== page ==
Despite the latest “Flemish Separatist” fling in the national government, Belgium still remains as one of the most enthusiastic members of the Union about the European Project. By Ece Kepekçi
As a founding member and with Brussels as the de-facto capital of the European Union, Belgium has always pushed for a closer Europe. Belgium’s capital, Brussels, is considered to be the de facto capital of the Union while being the host to the EU Commission, Council of Ministers, European Council and some meetings of the European Parliament as well as NATO Headquarters.
Belgium is a federal state with a multi-party political system. Political parties in Belgium have no chance of gaining power alone so they must form a coalition government. Due to this fact the formation of the government after June 2010 federal parliamentary elections took 541 days. Since the 1960s the nation went through six state reforms. After every federal election there has been the issue of distributing powers as a consequence, a constant institutional crisis. In 2010, the country’s public debt was 100% of its GDP, marking the third highest public debt rate in the Eurozone after Greece and Italy. Later on the same year, it was thought that Belgium would be next country to be hit by the financial crisis and this situation forced the country into forming a new government in 2011 after the unsuccessful outcome of 2010 elections.
Almost all political parties are divided into linguistic groups and more than anything else, Belgian politics is defined by the language dilemma between Flemish speaking and Francophone parts of the society, as well as the German speaking minorities. Politics in Belgium is influenced by lobby groups and the significant national Belgian political parties have split into three ideologies: right-wing Liberals, the social conservative Christian Democrats, and Socialists forming the left-wing. As a founding member of the European Union, Belgium has been participating in the direct European Parliament Elections since 1979.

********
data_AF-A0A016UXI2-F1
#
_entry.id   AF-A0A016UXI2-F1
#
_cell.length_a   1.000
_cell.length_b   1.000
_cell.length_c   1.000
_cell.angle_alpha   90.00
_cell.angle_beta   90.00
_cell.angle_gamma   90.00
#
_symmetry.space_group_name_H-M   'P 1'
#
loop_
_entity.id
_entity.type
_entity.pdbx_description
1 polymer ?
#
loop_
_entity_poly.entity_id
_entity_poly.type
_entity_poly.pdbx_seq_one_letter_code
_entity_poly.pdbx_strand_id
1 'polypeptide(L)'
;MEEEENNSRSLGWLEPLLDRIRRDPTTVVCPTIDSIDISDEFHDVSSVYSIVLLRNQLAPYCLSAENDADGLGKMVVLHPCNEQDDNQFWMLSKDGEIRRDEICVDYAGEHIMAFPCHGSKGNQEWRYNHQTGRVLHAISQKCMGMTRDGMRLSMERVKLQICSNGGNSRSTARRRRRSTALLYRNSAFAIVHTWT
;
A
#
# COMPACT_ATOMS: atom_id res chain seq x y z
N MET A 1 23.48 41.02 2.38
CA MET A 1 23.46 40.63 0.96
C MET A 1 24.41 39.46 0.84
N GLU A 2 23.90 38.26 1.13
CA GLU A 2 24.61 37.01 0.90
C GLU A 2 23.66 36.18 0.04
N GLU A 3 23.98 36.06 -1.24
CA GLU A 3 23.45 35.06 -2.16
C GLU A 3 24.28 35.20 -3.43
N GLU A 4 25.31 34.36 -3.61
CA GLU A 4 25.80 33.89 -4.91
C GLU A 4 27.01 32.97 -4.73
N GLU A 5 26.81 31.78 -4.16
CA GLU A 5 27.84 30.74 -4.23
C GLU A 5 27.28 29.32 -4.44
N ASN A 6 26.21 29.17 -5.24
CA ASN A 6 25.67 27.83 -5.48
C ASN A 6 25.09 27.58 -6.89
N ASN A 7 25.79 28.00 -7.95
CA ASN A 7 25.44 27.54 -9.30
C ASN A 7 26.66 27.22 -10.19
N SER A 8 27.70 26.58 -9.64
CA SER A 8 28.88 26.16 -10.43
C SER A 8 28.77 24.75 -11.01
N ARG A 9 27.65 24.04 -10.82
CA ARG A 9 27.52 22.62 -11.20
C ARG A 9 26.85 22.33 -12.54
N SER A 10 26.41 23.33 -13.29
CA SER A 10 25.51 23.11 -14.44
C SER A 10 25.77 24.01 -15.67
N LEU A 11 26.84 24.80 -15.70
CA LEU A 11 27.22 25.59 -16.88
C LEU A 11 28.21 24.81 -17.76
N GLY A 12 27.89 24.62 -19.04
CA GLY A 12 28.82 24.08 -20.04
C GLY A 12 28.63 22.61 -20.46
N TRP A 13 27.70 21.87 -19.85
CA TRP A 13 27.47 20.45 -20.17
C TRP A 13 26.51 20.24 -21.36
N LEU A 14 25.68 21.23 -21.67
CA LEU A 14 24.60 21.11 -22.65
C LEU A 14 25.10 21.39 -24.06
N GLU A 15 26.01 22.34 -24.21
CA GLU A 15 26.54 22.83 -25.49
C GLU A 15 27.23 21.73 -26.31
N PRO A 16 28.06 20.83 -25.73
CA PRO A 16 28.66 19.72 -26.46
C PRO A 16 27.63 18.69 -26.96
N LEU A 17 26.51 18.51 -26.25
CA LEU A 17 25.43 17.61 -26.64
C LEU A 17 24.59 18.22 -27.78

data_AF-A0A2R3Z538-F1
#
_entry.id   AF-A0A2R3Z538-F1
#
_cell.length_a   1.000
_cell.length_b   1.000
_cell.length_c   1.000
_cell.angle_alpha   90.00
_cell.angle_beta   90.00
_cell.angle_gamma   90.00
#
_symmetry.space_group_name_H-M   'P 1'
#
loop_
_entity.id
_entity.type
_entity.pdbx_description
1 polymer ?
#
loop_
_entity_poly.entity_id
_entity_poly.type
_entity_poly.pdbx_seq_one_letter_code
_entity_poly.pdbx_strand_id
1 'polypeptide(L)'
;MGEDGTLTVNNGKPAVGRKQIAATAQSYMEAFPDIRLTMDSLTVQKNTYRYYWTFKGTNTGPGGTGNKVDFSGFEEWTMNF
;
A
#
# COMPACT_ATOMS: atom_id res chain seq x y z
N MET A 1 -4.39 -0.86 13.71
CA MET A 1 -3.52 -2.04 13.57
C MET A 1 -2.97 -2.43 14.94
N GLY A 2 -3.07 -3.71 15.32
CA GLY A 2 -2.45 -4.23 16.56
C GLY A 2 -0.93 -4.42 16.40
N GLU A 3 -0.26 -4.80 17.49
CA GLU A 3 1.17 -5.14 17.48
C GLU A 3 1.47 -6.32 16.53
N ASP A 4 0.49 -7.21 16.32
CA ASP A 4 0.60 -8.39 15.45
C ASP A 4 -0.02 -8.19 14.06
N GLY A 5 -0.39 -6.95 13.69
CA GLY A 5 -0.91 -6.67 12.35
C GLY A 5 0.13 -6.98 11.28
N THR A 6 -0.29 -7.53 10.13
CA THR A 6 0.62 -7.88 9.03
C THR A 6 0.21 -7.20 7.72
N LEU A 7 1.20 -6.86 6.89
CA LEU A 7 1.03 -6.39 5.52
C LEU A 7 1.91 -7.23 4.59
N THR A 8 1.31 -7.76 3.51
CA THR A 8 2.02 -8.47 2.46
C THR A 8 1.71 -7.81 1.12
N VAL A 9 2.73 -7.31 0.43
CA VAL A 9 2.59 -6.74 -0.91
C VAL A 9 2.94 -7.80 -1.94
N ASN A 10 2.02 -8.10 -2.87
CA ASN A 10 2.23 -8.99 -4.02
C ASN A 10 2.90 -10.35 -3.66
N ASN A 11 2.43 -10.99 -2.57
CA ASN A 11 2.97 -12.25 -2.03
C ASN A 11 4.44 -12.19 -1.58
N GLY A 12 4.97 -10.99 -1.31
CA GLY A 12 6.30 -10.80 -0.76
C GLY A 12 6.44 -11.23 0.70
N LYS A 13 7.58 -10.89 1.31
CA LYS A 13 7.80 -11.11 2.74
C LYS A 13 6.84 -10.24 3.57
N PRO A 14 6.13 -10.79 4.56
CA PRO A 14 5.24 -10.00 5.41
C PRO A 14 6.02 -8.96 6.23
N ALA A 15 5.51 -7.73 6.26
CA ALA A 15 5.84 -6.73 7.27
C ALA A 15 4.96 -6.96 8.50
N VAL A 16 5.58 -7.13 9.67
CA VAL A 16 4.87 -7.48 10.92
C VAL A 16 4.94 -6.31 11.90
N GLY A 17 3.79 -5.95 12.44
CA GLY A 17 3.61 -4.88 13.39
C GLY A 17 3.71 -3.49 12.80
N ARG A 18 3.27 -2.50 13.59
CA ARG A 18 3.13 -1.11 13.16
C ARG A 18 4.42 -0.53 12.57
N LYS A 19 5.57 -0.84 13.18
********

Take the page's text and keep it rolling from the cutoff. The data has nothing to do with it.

The last European Parliament elections that took place in June 2009 resulted with a 90.5% turnout of the Belgian population. Although one can think that this high figure might be due to the country being one of the founding members of the Union, and/or being the host of many of the Union’s institutions, it is actually and mostly due to the compulsory voting law imposed upon the nation. Belgium elects 22 representatives to the European Parliament from three electoral constituencies: the Dutch-speaking electoral college, the French-speaking electoral college and the German-speaking electoral college. 13 of the 22 MEPs that will be elected are Dutch-speaking, 8 are French-speaking and 1 of them is German-speaking. Currently the Christian Democratic and Flemish Party (CD&V), which is a member of the European People’s Party (EPP), the Open Flemish and Democrats (OPEN VLD), a member of The Alliance of Liberals and Democrats for Europe Party (ALDE), and the Socialist Party (PS) which is a member of the Party of European Socialists (PES) occupy 3 seats each, marking the highest number of representation.